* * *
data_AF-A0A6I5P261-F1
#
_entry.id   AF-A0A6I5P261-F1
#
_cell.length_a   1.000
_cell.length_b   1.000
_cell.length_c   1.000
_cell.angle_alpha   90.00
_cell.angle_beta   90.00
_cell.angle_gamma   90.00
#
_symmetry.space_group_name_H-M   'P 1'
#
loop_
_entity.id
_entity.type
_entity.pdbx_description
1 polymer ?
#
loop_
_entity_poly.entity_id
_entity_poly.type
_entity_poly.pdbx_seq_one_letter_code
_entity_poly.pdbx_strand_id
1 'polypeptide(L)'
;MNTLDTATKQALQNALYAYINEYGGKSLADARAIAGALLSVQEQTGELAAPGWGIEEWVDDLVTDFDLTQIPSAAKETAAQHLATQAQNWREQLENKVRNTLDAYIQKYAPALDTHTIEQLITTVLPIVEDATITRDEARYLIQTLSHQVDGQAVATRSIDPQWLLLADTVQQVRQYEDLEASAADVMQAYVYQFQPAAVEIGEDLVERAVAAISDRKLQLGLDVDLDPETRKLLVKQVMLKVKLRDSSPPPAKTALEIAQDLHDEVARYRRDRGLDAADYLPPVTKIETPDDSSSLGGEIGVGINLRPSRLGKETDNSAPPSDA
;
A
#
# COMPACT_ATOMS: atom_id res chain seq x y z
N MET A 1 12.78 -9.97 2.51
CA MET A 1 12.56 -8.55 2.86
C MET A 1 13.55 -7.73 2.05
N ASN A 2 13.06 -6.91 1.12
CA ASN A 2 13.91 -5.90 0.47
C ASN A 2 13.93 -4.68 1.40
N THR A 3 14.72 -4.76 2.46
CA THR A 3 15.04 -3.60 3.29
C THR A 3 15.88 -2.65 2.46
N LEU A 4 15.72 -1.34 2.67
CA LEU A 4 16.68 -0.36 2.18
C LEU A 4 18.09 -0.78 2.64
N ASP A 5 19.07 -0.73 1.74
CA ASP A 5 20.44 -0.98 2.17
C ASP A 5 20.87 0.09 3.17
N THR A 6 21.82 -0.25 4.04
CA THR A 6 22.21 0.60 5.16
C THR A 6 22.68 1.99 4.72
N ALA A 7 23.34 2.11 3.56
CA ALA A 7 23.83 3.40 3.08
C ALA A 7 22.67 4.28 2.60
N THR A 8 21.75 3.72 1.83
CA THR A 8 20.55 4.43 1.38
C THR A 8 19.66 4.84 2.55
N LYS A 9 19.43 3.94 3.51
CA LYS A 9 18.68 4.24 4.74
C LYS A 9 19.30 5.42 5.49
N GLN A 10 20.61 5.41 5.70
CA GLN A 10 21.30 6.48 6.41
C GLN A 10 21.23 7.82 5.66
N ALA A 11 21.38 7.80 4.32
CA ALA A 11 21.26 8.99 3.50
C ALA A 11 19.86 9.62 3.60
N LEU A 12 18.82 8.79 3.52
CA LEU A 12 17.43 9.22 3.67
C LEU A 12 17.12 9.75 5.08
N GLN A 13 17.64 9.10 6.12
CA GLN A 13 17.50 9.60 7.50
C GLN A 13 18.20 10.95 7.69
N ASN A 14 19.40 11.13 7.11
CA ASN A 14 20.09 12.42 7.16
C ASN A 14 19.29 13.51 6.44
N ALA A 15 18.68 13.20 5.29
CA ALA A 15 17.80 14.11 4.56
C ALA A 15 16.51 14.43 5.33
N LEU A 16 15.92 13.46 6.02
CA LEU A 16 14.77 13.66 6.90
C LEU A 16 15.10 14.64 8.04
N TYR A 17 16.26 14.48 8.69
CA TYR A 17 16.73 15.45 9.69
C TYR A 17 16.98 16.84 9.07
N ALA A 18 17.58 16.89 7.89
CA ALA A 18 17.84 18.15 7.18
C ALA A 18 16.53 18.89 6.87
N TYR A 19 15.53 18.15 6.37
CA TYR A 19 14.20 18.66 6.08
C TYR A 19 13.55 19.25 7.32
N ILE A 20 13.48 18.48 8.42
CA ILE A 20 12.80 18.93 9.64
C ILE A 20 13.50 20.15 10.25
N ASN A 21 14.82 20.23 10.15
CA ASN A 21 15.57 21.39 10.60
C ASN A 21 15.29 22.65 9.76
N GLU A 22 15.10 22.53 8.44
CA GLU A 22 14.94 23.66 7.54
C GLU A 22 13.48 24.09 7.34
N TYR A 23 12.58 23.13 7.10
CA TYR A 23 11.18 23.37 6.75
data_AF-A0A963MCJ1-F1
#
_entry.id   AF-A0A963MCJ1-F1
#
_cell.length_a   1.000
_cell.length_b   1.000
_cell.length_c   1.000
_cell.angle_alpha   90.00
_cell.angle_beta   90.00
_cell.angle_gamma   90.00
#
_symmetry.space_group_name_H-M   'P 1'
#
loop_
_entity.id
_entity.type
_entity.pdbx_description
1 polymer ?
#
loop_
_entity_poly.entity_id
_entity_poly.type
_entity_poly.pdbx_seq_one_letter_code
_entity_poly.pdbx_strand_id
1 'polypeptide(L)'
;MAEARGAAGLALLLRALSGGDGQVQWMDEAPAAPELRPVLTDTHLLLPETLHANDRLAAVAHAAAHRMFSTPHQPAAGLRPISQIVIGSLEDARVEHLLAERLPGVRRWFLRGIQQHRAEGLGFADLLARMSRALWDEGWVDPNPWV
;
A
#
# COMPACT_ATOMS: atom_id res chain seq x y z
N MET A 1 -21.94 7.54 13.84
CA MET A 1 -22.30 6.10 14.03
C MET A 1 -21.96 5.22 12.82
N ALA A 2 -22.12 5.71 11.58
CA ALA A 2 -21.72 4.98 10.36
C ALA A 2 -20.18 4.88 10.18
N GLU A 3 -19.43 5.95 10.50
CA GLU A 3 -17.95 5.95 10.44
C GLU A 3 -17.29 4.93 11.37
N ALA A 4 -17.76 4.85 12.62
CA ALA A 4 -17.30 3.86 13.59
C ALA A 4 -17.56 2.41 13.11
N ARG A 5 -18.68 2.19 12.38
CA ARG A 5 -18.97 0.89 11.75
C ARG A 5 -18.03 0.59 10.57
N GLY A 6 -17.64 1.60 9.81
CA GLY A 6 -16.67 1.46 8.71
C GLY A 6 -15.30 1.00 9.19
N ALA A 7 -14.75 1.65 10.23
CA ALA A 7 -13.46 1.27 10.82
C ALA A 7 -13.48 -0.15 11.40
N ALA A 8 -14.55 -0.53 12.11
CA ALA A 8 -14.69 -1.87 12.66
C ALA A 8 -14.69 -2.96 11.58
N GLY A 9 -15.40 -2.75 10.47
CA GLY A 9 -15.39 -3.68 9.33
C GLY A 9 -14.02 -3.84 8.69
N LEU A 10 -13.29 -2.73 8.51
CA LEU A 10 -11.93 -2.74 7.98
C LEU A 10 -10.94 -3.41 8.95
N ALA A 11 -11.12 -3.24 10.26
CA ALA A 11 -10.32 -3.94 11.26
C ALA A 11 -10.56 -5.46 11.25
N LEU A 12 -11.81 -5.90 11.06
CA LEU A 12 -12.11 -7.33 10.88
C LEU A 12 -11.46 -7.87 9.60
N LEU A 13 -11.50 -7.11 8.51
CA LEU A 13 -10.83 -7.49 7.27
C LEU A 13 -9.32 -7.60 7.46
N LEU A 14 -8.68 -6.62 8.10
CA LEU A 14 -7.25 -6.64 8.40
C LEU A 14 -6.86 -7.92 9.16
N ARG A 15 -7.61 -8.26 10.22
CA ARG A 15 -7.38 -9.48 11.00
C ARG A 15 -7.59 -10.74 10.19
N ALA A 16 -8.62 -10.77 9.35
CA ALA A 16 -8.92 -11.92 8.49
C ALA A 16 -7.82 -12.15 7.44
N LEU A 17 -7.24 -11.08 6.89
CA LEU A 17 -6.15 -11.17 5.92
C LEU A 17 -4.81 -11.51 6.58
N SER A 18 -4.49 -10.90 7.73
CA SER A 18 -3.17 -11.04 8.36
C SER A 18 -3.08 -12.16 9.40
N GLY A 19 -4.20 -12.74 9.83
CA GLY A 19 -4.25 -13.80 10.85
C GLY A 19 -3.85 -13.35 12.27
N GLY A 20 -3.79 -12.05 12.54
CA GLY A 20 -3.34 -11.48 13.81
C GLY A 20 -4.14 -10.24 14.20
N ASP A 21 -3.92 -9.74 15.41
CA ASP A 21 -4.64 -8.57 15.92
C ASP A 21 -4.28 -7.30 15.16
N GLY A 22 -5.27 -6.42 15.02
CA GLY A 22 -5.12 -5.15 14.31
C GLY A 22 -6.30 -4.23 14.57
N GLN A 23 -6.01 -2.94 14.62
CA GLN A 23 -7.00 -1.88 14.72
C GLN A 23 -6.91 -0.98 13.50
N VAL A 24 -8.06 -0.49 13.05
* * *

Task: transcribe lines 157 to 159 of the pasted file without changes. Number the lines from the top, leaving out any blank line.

CA LEU A 10 -11.93 -2.74 7.98
C LEU A 10 -10.94 -3.41 8.95
N ALA A 11 -11.12 -3.24 10.26